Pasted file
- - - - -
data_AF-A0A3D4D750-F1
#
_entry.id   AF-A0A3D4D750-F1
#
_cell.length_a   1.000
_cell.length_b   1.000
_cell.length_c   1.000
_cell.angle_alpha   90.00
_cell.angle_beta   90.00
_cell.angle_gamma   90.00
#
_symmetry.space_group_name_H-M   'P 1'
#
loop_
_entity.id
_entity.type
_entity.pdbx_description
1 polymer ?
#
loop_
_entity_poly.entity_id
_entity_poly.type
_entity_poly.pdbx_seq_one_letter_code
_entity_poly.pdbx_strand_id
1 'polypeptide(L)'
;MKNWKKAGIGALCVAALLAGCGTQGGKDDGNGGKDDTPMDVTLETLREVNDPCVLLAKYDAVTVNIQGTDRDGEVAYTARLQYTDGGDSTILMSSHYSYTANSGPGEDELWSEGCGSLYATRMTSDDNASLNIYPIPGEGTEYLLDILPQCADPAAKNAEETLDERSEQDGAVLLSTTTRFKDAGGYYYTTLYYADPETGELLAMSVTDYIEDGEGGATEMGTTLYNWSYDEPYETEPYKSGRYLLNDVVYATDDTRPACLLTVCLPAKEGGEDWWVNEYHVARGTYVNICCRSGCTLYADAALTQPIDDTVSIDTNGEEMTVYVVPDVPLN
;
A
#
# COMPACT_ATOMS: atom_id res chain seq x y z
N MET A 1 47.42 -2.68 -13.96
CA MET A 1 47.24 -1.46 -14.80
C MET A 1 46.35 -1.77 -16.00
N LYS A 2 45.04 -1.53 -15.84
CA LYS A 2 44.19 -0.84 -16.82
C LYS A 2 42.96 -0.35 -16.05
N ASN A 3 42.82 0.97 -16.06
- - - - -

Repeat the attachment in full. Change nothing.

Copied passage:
data_AF-A0A3D4D750-F1
#
_entry.id   AF-A0A3D4D750-F1
#
_cell.length_a   1.000
_cell.length_b   1.000
_cell.length_c   1.000
_cell.angle_alpha   90.00
_cell.angle_beta   90.00
_cell.angle_gamma   90.00
#
_symmetry.space_group_name_H-M   'P 1'
#
loop_
_entity.id
_entity.type
_entity.pdbx_description
1 polymer ?
#
loop_
_entity_poly.entity_id
_entity_poly.type
_entity_poly.pdbx_seq_one_letter_code
_entity_poly.pdbx_strand_id
1 'polypeptide(L)'
;MKNWKKAGIGALCVAALLAGCGTQGGKDDGNGGKDDTPMDVTLETLREVNDPCVLLAKYDAVTVNIQGTDRDGEVAYTARLQYTDGGDSTILMSSHYSYTANSGPGEDELWSEGCGSLYATRMTSDDNASLNIYPIPGEGTEYLLDILPQCADPAAKNAEETLDERSEQDGAVLLSTTTRFKDAGGYYYTTLYYADPETGELLAMSVTDYIEDGEGGATEMGTTLYNWSYDEPYETEPYKSGRYLLNDVVYATDDTRPACLLTVCLPAKEGGEDWWVNEYHVARGTYVNICCRSGCTLYADAALTQPIDDTVSIDTNGEEMTVYVVPDVPLN
;
A
#
# COMPACT_ATOMS: atom_id res chain seq x y z
N MET A 1 47.42 -2.68 -13.96
CA MET A 1 47.24 -1.46 -14.80
C MET A 1 46.35 -1.77 -16.00
N LYS A 2 45.04 -1.53 -15.84
CA LYS A 2 44.19 -0.84 -16.82
C LYS A 2 42.96 -0.35 -16.05
N ASN A 3 42.82 0.97 -16.06